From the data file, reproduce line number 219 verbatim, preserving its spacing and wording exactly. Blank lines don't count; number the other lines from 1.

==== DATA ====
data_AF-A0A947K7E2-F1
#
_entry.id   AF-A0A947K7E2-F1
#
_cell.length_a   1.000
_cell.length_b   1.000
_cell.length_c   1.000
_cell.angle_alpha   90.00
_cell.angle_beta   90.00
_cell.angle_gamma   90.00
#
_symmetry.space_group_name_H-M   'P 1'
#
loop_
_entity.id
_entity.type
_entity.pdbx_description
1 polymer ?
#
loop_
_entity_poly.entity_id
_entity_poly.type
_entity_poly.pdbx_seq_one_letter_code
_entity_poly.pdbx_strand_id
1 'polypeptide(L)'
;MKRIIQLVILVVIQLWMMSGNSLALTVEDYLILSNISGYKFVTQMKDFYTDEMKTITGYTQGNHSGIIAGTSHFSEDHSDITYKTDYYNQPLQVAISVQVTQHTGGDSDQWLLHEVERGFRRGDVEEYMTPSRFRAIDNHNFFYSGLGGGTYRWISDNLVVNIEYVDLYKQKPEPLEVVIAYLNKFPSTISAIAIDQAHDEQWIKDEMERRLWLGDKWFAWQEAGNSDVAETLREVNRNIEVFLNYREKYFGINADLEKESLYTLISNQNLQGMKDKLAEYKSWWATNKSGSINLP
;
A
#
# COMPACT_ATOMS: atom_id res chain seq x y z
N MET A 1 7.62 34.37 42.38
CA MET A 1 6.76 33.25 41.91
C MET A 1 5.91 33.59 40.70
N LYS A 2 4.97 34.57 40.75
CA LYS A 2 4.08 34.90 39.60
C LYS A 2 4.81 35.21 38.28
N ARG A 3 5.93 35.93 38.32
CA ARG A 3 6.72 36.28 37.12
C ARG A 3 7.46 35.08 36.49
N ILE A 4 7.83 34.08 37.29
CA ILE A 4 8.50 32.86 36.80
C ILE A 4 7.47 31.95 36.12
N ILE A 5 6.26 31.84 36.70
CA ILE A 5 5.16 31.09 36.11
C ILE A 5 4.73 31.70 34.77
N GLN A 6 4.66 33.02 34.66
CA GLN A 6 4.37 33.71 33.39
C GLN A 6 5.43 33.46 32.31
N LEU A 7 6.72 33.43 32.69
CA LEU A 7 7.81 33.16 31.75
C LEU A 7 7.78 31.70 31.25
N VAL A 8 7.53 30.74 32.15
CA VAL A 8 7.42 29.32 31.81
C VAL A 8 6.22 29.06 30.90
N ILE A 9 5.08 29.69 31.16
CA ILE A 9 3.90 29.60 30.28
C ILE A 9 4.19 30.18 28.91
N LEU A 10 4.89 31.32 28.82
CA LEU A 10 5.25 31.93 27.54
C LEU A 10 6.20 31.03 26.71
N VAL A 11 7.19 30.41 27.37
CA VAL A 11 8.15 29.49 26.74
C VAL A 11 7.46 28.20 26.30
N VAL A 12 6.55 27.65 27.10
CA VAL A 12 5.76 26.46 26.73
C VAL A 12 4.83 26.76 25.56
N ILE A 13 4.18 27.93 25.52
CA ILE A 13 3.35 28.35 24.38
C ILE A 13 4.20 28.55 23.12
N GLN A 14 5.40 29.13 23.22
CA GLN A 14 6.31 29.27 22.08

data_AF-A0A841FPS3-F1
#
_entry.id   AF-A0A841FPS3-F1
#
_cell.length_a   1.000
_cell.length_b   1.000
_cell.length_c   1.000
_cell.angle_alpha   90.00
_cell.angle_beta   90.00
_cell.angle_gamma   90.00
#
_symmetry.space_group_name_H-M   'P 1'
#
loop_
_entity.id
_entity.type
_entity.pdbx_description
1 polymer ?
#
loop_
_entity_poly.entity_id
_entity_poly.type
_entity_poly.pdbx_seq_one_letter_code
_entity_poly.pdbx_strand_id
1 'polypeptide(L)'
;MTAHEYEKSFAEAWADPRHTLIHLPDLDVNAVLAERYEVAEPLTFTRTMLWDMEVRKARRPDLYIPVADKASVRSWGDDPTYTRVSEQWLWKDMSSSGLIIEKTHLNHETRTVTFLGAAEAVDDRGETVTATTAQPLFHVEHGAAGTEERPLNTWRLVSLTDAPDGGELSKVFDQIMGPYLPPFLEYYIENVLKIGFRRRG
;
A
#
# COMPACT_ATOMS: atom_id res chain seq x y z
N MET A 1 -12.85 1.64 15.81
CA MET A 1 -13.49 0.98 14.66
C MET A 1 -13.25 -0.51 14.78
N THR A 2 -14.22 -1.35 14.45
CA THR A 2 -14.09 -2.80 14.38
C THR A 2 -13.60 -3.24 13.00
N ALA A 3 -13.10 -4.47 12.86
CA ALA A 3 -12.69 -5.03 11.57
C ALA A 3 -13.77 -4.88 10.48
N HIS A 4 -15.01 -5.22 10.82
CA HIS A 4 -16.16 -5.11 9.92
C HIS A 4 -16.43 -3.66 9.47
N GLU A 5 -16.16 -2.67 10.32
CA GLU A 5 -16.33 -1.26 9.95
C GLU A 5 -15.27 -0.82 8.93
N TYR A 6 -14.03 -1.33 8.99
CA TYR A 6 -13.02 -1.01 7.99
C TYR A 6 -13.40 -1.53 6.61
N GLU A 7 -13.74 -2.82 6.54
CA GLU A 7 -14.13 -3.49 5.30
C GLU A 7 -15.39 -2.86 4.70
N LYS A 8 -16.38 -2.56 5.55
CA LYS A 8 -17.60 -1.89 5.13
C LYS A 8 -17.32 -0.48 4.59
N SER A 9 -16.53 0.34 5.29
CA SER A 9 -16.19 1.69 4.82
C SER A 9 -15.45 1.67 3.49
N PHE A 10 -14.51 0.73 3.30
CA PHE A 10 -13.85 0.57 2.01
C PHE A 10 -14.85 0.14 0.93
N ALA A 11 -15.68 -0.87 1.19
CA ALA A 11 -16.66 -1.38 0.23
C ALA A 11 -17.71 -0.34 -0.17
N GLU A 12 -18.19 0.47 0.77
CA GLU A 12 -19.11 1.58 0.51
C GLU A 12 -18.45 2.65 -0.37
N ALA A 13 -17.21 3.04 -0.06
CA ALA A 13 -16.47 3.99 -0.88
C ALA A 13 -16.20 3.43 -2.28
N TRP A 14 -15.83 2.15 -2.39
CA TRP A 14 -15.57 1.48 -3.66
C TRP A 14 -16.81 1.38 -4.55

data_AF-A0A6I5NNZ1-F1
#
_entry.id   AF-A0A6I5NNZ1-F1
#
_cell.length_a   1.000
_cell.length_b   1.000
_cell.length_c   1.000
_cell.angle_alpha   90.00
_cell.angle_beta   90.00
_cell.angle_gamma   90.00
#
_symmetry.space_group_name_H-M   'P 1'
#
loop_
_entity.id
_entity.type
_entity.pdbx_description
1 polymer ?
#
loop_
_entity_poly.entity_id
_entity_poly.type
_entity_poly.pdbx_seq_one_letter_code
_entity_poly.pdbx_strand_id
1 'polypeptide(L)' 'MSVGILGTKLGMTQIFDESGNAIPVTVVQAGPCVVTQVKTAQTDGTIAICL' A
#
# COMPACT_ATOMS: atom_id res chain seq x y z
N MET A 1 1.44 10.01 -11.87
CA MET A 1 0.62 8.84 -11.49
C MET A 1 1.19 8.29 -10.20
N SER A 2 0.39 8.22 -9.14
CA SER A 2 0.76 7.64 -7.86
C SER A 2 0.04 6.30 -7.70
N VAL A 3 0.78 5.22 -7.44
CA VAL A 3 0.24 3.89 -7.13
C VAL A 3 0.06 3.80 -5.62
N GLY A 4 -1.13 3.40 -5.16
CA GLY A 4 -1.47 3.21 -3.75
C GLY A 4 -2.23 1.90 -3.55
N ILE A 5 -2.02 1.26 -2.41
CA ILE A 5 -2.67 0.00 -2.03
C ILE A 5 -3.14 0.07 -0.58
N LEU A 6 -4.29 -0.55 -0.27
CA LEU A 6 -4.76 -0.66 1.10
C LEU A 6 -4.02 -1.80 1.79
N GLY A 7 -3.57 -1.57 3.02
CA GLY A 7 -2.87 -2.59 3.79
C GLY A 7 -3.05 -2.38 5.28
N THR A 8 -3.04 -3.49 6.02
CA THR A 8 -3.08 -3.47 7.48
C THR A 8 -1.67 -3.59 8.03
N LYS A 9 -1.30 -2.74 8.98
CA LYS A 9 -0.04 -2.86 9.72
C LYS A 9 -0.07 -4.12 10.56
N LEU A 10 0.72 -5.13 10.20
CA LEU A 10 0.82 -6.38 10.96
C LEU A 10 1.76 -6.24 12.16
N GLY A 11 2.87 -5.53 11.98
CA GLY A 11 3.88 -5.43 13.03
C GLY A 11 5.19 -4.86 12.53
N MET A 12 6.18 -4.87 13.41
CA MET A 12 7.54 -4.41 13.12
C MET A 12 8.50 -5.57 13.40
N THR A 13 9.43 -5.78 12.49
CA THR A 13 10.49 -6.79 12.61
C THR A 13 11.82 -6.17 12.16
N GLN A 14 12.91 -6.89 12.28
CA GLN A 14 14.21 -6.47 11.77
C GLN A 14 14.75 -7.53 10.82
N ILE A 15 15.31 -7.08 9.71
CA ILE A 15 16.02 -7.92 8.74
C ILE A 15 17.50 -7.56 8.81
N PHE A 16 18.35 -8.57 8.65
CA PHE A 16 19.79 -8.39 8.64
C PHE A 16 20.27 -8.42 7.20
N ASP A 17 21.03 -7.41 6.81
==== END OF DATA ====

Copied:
N ASP A 17 21.03 -7.41 6.81